Parents in Arlington Heights, Illinois are pressing the local school district to create a completely “peanut-free” environment for children who suffer from allergies, the Daily Herald‘s Melissa Silverberg reports.
Melissa Teuscher decided to confront the school district after her daughter, Lucca, had an anaphylactic reaction to peanut allergens in March despite sitting at a “peanut-free” table in the cafeteria during lunch.
“It was just horrifying; my worst nightmare,” Melissa said about learning that her daughter had to be rushed to the hospital after the nurse’s attempt to stop the reaction via an EpiPen failed. Lucca was hospitalized overnight, requiring additional doses of epinephrine and, at times, assisted breathing.
Because school officials were unable to locate the source of Lucca’s attack, Melissa said that she wants “a peanut-free school and, in a dream world, a peanut-free district.”
“The district has been great about not allowing any peanuts in the classroom, but that’s just not enough,” she added. “Children who eat a peanut butter sandwich at lunch open doors, touch play equipment and handle countless communal objects.”
Melissa insisted, however, that she is not demanding the district “police every sandwich.” She said that she and her husband “would just have faith that the community would respect the policy.”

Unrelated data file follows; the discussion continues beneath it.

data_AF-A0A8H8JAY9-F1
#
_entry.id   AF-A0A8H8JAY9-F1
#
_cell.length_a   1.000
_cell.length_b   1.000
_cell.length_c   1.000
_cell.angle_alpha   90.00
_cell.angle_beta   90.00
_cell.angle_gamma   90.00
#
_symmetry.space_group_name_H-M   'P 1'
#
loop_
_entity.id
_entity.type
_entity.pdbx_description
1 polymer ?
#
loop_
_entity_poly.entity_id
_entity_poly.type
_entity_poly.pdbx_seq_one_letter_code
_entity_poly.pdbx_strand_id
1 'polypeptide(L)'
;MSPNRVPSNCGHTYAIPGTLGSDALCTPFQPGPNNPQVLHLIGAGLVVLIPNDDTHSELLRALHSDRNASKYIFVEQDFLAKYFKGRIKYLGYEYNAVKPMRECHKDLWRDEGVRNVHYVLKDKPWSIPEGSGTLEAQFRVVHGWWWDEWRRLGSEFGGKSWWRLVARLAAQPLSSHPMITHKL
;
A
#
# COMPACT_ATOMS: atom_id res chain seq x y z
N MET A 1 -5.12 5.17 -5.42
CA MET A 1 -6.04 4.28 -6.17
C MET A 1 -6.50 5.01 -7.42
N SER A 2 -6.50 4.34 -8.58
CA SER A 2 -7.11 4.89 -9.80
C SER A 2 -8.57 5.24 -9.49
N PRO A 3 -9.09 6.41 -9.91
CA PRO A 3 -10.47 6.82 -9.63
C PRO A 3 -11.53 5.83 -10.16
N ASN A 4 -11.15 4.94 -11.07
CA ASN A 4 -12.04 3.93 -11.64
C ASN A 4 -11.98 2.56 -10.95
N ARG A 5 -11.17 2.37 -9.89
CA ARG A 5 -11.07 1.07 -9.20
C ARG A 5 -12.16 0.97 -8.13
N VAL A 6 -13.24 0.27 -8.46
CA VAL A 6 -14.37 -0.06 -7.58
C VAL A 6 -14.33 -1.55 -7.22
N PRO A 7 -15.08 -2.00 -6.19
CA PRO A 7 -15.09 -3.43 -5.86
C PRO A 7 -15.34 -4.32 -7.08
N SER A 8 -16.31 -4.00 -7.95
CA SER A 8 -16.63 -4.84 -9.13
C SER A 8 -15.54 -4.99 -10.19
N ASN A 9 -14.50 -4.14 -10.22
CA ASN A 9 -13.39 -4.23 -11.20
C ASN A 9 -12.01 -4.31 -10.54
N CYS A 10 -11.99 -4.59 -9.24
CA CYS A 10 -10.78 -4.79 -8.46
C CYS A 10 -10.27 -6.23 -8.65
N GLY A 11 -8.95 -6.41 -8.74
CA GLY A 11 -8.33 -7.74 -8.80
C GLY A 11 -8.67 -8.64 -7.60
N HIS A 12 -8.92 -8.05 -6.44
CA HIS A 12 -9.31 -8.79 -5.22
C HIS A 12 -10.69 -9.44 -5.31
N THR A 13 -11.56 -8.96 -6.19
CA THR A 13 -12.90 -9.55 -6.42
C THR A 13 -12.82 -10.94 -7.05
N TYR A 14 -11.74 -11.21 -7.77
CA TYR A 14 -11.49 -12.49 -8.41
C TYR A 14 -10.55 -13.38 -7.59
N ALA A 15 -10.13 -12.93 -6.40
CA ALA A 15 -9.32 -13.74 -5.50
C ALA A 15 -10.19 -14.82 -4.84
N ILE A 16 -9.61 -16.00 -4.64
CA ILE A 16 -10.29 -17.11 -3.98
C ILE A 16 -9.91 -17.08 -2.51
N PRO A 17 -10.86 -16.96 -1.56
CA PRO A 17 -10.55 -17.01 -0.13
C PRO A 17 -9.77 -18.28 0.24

She made her plea at an Arlington Heights Elementary District 25 School Board meeting after Lucca’s attack, but told the Daily Herald that she had yet to hear back.
The district already has policies in place to guarantee peanut-free areas in the lunchroom, as well as peanut-free classrooms. For now, however, Lucca will be eating her lunch in the principal’s office to be absolutely sure she does not come into contact with peanuts.
District Superintendent Lori Bein said that, for the moment, these accommodations are the best they can do.
“We have lots of kids with lots of different allergies in the school district,” she said. “At this point I’d consider anything to help her daughter, and all children, feel safe in school.”
“But we need to talk more about peanut-free schools,” Bein added. “Where do they exist, how does it work, what’s feasible? We’re dedicated, at this point, to doing the research to see what kinds of possibilities exist and then we’ll be able to see what we can do and what works best for all kids.”
Currently, all school-provided meals in Chicago Public Schools are nut-free — but there is nothing preventing parents from sending their children to school with a peanut butter and jelly sandwich.
The Elgin School District, however, has refused to install a nut-ban, explaining that “exposure to peanut allergen is difficult to control. Food & Nutrition Services of School District U-46 feel a ‘peanut ban’ would only serve to provide a false sense of security for parents and discriminate against the approximate 95 percent of the population who are not allergic.”